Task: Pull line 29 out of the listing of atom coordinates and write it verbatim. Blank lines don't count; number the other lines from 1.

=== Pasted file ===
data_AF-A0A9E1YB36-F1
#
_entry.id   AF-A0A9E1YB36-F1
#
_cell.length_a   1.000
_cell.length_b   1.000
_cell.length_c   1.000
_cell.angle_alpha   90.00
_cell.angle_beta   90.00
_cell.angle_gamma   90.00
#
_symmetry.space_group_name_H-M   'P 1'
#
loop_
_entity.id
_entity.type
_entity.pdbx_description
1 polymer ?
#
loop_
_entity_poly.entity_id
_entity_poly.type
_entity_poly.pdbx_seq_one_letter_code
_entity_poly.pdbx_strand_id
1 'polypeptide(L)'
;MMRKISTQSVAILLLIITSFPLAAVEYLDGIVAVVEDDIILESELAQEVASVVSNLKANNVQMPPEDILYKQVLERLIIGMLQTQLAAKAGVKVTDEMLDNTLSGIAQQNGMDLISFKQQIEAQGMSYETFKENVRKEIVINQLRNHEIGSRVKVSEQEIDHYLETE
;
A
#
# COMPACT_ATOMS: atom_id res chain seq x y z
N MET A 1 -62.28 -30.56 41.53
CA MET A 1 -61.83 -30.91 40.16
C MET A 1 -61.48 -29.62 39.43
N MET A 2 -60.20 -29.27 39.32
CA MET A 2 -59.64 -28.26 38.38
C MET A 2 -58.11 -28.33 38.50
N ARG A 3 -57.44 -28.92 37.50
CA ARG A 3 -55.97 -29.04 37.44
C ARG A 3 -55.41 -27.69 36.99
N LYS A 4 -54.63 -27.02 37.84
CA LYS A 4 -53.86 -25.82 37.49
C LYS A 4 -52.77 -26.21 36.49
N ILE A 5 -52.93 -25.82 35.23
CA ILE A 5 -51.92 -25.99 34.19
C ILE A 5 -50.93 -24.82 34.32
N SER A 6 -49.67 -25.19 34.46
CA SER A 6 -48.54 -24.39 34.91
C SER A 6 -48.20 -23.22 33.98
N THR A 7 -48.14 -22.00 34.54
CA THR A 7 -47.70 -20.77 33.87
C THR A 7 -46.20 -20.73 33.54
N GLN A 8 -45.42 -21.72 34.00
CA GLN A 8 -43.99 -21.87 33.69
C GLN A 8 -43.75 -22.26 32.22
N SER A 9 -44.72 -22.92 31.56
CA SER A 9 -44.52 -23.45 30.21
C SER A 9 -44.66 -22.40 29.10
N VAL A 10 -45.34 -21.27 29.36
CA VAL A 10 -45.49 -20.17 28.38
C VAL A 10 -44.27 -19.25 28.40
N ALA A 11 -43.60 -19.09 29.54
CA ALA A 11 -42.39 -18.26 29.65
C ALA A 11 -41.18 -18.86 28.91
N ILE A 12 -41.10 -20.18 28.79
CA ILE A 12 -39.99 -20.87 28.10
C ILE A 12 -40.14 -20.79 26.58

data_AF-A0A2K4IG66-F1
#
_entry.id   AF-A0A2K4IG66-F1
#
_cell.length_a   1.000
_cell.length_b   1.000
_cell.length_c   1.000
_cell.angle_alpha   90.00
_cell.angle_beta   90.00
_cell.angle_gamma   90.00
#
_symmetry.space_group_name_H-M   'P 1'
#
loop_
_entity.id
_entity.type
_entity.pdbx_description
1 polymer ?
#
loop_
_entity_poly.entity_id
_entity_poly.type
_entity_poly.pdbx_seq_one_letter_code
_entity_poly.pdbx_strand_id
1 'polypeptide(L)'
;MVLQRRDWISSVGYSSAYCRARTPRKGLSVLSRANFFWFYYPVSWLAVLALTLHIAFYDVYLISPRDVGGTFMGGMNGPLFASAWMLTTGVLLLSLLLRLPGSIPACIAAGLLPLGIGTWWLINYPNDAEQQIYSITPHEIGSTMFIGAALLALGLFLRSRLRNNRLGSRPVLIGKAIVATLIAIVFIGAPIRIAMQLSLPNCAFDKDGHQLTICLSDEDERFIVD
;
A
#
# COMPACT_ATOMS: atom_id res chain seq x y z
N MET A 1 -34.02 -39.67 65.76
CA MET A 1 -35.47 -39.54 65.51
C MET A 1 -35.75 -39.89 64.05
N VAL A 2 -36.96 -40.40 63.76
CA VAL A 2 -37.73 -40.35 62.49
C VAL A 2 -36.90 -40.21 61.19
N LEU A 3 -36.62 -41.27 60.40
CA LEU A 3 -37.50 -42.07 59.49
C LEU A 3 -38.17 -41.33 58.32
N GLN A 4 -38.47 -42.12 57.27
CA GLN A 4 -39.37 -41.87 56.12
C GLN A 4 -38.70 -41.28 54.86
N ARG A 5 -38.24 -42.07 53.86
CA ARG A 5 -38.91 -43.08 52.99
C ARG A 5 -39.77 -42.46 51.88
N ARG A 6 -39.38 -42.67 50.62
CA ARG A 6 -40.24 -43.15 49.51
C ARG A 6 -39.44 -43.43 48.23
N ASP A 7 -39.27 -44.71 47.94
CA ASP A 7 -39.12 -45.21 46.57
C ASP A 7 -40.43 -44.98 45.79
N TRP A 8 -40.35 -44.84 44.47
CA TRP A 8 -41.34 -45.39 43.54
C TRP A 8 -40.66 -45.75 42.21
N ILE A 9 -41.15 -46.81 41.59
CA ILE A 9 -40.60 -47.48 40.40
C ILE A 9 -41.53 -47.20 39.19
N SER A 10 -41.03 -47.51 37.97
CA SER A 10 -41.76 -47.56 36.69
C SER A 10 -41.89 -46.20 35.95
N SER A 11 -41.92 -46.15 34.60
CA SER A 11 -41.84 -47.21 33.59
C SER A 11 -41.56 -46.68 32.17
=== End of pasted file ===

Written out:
#